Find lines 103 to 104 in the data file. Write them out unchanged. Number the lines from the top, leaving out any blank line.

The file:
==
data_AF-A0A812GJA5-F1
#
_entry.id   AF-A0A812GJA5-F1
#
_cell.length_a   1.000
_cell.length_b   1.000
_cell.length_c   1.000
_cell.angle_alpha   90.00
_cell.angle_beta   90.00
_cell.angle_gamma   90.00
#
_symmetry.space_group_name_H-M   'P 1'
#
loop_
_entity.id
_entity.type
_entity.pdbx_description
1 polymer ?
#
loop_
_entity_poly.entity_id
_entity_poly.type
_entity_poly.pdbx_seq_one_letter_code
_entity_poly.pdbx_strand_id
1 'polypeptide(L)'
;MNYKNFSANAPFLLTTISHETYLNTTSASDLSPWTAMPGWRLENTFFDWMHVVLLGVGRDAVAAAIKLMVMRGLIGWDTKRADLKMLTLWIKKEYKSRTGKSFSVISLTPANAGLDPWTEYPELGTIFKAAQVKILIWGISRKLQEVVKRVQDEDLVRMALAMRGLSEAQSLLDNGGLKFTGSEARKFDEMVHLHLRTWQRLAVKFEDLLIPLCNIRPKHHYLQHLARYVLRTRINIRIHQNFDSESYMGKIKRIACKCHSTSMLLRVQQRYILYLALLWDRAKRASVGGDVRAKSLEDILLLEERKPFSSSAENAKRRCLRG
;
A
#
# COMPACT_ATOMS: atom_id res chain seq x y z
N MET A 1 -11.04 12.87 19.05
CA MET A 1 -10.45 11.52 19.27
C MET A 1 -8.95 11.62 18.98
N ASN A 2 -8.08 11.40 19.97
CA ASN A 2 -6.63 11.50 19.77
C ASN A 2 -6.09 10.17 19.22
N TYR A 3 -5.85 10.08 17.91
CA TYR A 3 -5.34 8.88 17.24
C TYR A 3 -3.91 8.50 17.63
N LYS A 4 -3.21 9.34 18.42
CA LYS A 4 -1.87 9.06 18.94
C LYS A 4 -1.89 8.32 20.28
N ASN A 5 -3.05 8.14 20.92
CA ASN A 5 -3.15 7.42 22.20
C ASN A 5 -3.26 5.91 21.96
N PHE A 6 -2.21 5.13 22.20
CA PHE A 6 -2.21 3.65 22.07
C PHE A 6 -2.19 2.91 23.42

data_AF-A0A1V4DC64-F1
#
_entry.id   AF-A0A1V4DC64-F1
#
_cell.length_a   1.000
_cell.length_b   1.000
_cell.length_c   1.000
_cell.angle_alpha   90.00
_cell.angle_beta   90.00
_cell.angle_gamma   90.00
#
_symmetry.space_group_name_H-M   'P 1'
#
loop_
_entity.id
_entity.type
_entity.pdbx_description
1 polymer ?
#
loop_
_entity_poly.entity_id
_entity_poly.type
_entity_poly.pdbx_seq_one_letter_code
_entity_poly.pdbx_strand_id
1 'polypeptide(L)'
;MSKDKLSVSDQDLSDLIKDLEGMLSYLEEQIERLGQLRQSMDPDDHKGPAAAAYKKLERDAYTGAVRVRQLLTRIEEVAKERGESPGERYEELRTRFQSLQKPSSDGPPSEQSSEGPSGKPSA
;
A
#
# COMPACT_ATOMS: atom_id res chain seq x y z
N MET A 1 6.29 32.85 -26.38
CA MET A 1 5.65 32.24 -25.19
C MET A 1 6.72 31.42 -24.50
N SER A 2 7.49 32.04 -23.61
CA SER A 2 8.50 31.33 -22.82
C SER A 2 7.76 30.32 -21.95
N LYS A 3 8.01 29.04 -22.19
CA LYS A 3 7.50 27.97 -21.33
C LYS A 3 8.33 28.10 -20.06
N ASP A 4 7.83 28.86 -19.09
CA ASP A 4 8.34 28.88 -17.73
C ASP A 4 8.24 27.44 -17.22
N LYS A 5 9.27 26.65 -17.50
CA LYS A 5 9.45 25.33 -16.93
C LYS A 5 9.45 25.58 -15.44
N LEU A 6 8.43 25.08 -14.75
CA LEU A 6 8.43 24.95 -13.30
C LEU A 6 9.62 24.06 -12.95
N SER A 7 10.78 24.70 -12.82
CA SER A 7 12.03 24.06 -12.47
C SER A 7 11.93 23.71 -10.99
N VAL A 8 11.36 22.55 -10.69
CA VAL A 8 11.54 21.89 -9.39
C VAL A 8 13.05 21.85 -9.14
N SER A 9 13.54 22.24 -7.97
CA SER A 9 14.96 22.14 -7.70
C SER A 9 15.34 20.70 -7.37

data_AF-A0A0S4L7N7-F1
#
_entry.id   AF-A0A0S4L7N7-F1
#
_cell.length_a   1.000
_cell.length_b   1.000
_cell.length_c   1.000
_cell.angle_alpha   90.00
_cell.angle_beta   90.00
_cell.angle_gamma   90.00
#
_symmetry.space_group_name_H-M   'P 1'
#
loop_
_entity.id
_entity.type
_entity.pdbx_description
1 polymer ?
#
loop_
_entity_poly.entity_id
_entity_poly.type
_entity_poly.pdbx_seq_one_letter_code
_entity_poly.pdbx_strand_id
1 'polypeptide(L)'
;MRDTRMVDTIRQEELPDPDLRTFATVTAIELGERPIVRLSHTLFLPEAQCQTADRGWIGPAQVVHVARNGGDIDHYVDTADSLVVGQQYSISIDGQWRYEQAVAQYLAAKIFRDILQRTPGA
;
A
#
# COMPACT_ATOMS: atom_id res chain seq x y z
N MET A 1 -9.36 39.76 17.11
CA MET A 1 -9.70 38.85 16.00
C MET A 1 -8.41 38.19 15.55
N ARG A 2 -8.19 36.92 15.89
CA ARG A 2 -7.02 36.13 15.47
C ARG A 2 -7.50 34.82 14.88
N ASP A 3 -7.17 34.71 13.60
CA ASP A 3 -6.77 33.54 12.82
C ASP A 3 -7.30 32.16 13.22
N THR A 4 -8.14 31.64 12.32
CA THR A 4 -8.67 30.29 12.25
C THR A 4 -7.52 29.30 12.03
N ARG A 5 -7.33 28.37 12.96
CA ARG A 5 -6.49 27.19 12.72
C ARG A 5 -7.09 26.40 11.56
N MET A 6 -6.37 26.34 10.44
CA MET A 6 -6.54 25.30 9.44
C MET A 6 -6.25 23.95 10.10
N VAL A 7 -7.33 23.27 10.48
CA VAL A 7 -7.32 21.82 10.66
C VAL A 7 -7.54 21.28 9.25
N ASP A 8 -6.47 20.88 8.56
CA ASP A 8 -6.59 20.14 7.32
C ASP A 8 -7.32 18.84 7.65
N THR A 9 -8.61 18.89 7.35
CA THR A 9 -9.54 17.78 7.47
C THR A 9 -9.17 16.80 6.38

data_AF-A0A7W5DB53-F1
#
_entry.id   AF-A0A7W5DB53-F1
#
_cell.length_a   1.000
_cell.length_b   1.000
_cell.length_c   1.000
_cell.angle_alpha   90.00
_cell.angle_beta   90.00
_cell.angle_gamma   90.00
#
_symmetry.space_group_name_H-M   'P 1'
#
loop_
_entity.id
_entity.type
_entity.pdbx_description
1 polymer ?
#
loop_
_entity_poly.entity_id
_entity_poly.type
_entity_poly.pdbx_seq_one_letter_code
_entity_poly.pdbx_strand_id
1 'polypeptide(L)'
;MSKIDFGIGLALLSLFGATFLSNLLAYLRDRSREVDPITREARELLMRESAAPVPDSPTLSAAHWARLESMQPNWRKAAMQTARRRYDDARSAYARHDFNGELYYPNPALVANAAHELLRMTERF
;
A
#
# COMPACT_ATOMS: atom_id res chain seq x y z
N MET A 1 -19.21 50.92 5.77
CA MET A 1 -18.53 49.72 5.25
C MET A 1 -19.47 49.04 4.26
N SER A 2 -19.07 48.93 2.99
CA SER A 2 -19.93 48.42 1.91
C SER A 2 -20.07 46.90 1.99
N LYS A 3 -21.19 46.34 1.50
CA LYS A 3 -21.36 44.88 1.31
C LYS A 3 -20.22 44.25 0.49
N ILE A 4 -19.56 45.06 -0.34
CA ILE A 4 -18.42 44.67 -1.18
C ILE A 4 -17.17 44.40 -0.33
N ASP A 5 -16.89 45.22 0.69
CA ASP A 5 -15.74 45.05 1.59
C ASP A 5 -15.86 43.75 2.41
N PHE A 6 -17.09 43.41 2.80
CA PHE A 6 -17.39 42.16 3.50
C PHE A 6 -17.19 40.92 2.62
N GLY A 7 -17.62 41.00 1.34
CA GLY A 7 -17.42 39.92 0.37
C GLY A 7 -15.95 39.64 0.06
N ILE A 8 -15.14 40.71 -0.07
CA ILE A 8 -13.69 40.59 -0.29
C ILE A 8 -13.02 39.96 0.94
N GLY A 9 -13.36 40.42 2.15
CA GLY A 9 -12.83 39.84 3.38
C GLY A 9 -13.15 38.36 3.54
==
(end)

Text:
N SER A 9 13.54 22.24 -7.97
CA SER A 9 14.96 22.14 -7.70